RIYADH: Saudi Arabia is a land of opportunity with a great chance of attracting investment in new sectors of its economy, the minister of commerce and investment, Dr. Majed Al-Kasabi, told delegates at the Future Investment Initiative (FII) in Riyadh on Thursday.
During the session “What’s next for Asia: Will a newly prosperous supercontinent overtake a waning West?” Al-Kasabi was part of a panel that included Ju Zhao, chief investment officer of China Merchants Bank and Raamdeo Agrawal, chairman & cofounder of India’s Motilal Oswal Financial Services Ltd.
Al-Kasabi pointed out that the Kingdom is rich in natural resources and ideally located to act as a connector between Africa, Asia and Europe.
“As you know, Saudi Arabia is the largest economy in the area. Saudi Arabia is a G20 member. It (was ranked as) a top reformer and a top improver in the World Bank’s ‘Doing Business’ report. (That is) a testimony to the promise that we have taken to improve business and fight bureaucracy,” he said.
He added that Saudi Arabia has “a unique mix” of competitive advantages: A robust business environment, and an increasingly young population, with 80 percent aged 45 or younger. But the “most important” advantage the Kingdom has, he said, is “our DNA.”
“Saudis are hospitable and generous to our visitors and investors,” Al-Kasabi said. “Saudi Arabia is a land of opportunities, especially when coupled with the unleashing of sectors like mining, health, tourism, entertainment, culture, and logistics. All of this makes Saudi Arabia a land of opportunities for the future.”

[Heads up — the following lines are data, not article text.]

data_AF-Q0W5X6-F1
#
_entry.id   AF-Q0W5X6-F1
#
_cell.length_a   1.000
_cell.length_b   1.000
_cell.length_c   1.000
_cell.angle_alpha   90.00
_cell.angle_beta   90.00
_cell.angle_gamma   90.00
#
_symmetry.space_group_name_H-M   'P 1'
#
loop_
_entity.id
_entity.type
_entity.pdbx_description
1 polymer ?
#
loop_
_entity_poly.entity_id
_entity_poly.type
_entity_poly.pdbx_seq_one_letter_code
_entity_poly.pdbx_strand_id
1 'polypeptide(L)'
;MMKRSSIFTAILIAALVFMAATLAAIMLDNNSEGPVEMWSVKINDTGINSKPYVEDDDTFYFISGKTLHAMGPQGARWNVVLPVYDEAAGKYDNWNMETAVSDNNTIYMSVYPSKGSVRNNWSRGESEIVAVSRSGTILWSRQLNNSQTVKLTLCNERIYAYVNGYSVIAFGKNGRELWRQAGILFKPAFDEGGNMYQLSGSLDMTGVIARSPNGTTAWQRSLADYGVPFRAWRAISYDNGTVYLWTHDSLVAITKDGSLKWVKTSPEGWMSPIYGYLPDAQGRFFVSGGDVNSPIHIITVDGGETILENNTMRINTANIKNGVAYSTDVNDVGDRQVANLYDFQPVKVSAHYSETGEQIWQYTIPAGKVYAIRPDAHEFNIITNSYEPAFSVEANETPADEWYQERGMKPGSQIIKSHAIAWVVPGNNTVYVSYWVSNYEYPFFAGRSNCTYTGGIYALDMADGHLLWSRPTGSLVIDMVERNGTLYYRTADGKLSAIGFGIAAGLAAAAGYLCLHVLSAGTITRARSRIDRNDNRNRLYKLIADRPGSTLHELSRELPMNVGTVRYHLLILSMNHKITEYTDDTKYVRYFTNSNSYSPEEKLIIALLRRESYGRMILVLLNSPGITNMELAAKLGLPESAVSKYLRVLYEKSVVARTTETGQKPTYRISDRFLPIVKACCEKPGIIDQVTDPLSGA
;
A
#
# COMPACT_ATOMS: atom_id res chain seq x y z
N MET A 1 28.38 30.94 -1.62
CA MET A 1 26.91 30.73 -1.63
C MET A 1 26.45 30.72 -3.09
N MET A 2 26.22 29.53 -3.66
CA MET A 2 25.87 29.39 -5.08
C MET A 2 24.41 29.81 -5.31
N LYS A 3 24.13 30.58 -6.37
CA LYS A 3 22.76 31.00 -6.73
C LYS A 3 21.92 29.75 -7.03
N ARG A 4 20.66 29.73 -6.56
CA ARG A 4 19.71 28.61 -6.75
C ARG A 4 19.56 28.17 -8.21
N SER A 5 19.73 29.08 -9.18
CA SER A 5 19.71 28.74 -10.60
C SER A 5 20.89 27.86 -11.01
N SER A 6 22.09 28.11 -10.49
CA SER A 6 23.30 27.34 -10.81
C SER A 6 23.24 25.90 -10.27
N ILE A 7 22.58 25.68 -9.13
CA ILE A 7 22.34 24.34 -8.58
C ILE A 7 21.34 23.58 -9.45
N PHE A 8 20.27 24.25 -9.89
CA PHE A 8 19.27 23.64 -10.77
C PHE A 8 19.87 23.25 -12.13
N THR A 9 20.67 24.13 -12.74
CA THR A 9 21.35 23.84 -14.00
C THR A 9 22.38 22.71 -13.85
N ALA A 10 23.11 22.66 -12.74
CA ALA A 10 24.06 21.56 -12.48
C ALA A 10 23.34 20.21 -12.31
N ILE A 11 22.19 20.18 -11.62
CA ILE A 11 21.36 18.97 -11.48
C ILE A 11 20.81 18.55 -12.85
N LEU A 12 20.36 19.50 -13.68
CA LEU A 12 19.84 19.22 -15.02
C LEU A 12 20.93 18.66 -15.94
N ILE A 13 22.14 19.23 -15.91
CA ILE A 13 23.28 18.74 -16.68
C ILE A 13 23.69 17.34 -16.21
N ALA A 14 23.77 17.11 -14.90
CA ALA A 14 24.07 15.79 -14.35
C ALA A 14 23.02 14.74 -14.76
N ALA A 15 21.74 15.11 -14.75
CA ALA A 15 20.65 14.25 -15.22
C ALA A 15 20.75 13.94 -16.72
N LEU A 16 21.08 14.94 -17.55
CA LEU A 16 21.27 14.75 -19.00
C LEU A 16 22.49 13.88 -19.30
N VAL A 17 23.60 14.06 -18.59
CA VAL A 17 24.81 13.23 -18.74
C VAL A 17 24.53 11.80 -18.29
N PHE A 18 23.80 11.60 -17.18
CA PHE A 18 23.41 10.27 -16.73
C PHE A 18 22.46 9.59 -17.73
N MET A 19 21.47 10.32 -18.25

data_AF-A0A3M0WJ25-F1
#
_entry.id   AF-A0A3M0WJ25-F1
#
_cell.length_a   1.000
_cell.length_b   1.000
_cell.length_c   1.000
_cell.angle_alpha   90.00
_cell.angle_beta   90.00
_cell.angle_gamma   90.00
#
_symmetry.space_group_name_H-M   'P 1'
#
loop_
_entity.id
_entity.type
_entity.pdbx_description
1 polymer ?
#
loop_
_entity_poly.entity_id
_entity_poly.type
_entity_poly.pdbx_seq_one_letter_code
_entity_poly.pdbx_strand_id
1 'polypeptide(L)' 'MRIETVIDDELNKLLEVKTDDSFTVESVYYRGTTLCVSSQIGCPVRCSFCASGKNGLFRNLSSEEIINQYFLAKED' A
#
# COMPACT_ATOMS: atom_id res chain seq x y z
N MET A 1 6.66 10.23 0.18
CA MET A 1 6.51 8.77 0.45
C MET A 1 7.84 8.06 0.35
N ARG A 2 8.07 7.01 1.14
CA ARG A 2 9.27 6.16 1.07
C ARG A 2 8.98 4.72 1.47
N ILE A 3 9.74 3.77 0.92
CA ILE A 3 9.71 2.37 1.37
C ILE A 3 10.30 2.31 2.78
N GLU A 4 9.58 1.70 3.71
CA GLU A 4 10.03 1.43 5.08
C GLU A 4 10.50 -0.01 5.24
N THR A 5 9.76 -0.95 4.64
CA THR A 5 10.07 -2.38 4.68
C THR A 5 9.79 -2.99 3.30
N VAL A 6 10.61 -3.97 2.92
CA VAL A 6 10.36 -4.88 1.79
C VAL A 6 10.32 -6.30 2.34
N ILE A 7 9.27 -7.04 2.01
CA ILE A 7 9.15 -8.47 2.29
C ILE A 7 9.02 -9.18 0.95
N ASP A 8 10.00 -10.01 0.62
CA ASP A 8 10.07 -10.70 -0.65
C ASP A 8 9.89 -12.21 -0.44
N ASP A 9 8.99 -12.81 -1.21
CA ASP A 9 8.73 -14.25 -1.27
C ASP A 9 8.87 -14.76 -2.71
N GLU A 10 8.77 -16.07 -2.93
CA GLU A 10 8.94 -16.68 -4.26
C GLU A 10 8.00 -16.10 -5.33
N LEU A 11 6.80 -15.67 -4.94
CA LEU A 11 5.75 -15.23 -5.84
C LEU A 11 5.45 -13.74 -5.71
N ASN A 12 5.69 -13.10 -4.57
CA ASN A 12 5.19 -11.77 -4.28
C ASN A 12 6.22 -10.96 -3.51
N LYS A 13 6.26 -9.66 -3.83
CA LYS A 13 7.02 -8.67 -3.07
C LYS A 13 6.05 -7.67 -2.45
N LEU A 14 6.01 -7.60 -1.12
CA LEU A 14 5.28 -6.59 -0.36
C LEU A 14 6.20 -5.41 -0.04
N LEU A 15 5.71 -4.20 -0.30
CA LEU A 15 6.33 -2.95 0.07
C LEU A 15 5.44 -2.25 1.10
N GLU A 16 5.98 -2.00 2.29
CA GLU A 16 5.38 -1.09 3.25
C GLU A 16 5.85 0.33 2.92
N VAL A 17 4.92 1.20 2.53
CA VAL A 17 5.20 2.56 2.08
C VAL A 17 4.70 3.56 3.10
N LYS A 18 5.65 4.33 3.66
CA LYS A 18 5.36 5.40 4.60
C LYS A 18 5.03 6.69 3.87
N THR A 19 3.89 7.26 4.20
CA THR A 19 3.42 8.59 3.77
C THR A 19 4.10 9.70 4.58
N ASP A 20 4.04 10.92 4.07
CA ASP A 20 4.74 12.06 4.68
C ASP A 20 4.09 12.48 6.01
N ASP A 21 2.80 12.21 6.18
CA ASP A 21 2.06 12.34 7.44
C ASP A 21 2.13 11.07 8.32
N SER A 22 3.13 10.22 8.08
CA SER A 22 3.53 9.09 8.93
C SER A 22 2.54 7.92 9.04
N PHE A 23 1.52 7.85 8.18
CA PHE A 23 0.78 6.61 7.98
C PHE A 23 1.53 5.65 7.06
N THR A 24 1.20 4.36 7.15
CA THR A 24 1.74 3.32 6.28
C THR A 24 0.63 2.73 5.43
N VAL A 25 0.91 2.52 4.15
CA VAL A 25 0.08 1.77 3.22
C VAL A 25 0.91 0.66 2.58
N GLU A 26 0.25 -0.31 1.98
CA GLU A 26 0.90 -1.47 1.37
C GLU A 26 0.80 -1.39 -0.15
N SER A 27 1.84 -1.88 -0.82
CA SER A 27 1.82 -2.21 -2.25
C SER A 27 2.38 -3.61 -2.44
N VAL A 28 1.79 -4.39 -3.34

The commerce minister went on to cite various megaprojects that the Kingdom has undertaken as part of Saudi Vision 2030 and claimed that Saudi Arabia’s “rich blend of sun, sea and sand and archaeological sites,” make the country unique. All of which, he said, combined to provide an unprecedented opportunity for investors.
Both Zhao and Agrawal were keen to promote their own countries’ credentials for investors too. Zhao stressed how much China had developed in recent years, becoming “the main partner in energy and oil with Saudi Arabia” and diversifying its economy to rely on different sectors, rather than depending on a single source.
Echoing Al-Kasabi, Agrawal described India as “a land of opportunities” too. From its independence in 1947, he said, it took India 60 years to reach a trillion-dollar GDP. By 2025, the country hopes to be a five-trillion-dollar economy. “We want our economy to be the best in the world,” he said.
Al-Kasabi was bullish about the new Asian economic partnership, pointing out that 60 percent of the world’s population live in Asia, and that Asia is responsible for 40 percent of world GDP. “Amazingly, 64 percent of global cargo traffic comes from Asia, while 48 percent of global international students are from Asia,” he continued, adding that nearly 40 percent of global travelers were also from Asia.
Al-Kasabi went on to describe China’s economy as “iconic,” and paid tribute to Japan, Singapore, and India, which he called “matured and developed economies,” while referring to Vietnam and Bangladesh as “the newcomers.”
“Then there is the Middle East, where Saudi Arabia fits as a connector between Africa and Europe and Asia,” he said. “The Middle East and Saudi Arabia could be a global connector and a hub to Africa and Asia and Europe.”